While local schools, some businesses and many professionals have been on a lengthy summer hiatus, the same cannot be said for the local judiciary. The Grand Court of the Cayman Islands has continued to hear and determine a wide range of matters, many of which are of particular significance to the local financial services industry. The directions and judicial guidance flowing from the courthouse pays heed to the court’s overriding objective – which is to deal with cases in a just, expeditious, and economical way – and the court has delivered important new guidance by way of practice directions and judgments about the proper conduct not only of proceedings before it, but of industry professionals generally.
Practice and procedure for winding up petitions
As those in the financial services industry well know, the filing of winding up petitions can be a contentious process, given the risk that petitions may be presented to the court improperly and the fact of their filing subsequently widely published (usually online, to great fanfare). In order to more clearly prescribe what is expected by the court at the time of filing such proceedings, the Grand Court has recently released Practice Direction No. 4 of 2017.
Noting that “the filing of a petition to wind up a company if publicized can cause irreparable harm to its reputation, even if the petition is ultimately dismissed for lack of merit,” the Practice Direction requires that, prior to filing any winding up petition, the petitioner’s attorney must apply in writing to the Grand Court Financial Services Division’s registrar to have the proceeding assigned to a judge and to fix a hearing date. A creditor’s petition must not be filed or entered upon the Register of Writs and Actions unless and until these matters have been attended to and, if the assigned judge makes an order restricting the filing or publication of the petition, it may not be entered on the register until further order of the court. Similarly, a contributory’s petition must not be published on the register until the judge has fixed a date for hearing the summons or as otherwise directed by the judge, and a winding up petition presented by the Cayman Islands Monetary Authority must be only be published on the register if the judge has so directed.
Primeo, Ponzi Schemes, and the Privy Council
The winding up of the Primeo Fund (in official liquidation), stemming from the global financial crisis of 2008 and ongoing for many years now, has continued to generate judgments of note and both the Grand Court and the Privy Council have released new decisions over recent months. Primeo, a Cayman Islands investment fund, was established and managed by Bank Austria and, to its great misfortune and ultimate demise, had invested with the now infamous multi-billion dollar Ponzi scheme known as Bernard L. Madoff Investment Securities LLC. New developments include judgments in the following proceedings arising out of the liquidation of Primeo:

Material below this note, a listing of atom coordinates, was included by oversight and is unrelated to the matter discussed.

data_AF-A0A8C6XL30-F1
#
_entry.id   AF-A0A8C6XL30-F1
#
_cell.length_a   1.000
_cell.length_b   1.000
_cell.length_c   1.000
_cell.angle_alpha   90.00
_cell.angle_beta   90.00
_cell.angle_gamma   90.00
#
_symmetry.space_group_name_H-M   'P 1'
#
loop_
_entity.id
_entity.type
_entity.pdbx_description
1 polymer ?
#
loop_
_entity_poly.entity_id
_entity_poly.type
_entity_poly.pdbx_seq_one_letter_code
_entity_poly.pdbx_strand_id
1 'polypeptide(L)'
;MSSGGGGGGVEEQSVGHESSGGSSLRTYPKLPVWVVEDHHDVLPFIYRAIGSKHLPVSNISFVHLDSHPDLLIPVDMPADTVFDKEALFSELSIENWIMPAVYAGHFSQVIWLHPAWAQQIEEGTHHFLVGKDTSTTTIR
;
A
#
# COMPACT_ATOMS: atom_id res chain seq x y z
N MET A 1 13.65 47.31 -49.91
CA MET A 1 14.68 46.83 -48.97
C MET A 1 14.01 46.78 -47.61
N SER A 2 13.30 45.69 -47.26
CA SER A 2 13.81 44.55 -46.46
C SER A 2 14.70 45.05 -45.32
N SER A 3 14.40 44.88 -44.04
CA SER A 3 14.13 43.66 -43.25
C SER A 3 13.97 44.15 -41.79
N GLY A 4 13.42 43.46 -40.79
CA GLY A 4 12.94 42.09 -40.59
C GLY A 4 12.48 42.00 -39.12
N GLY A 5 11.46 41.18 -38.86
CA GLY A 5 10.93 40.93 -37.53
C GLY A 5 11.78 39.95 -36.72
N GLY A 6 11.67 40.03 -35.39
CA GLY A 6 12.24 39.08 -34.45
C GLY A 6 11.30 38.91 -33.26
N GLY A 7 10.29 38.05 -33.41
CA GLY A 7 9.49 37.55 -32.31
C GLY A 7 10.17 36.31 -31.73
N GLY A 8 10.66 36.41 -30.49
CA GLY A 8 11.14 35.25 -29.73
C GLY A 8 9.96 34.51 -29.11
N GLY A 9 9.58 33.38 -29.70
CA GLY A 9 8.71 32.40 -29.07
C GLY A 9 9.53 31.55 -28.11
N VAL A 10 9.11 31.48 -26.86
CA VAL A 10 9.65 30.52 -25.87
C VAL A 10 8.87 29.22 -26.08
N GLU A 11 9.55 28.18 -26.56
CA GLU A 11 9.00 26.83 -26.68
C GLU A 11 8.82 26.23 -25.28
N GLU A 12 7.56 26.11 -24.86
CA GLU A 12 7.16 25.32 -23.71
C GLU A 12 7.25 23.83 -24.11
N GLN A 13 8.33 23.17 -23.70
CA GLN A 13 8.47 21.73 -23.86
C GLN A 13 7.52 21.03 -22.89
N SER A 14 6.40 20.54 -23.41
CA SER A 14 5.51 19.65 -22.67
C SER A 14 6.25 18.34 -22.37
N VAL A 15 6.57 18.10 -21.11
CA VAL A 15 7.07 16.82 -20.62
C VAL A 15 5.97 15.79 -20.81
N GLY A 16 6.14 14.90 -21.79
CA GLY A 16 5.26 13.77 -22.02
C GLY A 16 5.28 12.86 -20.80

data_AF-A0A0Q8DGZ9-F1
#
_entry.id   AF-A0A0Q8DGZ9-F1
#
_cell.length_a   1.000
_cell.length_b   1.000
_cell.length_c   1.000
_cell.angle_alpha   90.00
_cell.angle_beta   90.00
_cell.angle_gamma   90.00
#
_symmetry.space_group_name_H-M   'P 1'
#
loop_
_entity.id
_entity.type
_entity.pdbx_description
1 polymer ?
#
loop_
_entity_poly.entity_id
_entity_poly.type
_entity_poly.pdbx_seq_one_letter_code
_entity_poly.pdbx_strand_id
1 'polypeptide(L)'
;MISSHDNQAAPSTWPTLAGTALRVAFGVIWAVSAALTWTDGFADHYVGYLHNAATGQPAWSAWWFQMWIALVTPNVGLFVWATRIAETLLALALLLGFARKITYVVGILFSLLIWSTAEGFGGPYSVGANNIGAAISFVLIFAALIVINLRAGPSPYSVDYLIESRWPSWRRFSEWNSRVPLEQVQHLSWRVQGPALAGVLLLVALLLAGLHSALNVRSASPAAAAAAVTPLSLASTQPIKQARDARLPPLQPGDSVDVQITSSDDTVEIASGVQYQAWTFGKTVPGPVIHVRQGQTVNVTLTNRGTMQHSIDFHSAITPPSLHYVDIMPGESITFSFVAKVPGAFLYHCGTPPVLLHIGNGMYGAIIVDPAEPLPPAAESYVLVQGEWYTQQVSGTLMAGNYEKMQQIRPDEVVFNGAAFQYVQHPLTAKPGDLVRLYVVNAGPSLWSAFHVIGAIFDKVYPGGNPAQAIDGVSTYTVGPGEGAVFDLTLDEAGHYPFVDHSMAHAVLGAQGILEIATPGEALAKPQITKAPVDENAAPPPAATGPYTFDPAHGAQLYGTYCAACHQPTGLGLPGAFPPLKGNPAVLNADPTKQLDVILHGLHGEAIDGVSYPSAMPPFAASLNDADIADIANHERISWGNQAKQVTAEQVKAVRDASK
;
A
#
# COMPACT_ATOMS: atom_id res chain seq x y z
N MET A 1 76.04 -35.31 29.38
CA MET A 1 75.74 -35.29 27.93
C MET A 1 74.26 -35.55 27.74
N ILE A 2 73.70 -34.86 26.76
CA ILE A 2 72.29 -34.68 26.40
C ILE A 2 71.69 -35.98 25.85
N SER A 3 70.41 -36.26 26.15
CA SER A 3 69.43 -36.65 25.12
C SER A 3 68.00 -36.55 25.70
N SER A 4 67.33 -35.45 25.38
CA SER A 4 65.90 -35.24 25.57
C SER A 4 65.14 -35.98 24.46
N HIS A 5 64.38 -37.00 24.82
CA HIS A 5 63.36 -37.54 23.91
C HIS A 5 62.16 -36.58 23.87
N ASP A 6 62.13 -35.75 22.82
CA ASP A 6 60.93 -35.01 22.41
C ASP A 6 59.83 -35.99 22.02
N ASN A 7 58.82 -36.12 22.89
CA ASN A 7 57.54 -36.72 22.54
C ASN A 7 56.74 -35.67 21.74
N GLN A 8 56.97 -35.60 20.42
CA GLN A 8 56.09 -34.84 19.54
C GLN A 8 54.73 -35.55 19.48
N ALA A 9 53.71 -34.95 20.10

- In Pearson v Primeo Fund (in Official Liquidation), the Privy Council brought to a conclusion the lengthy dispute between Hearld Fund SPC (in official liquidation) and Primeo regarding the redemption of shares. Herald, an open-ended investment fund, had invested the majority of its funds in Madoff. Primeo subsequently invested in Herald, which meant that Primeo became an indirect victim of the Madoff fraud when it was finally exposed in December 2008. Herald had accepted a number of investors’ redemption requests immediately prior to the collapse of Madoff, but had not paid out the redemption proceeds. Herald argued that all investors unpaid at the relevant date ranked as ordinary shareholders and should be paid pari passu. On behalf of the redeemed investors, Primeo argued that the amounts owed were actually simple debts and the investors should rank in the liquidation as ordinary creditors, above the unredeemed investors. The Privy Council dismissed Herald’s appeal, confirming the earlier decisions of the Cayman Islands Court of Appeal and the Grand Court to the effect that an investor who has properly redeemed its shares, but has not been paid, will be a creditor of the company in respect of its redemption proceeds. Accordingly, its claim will rank ahead of the remaining investors in the liquidation of the company, albeit behind those of “ordinary” creditors.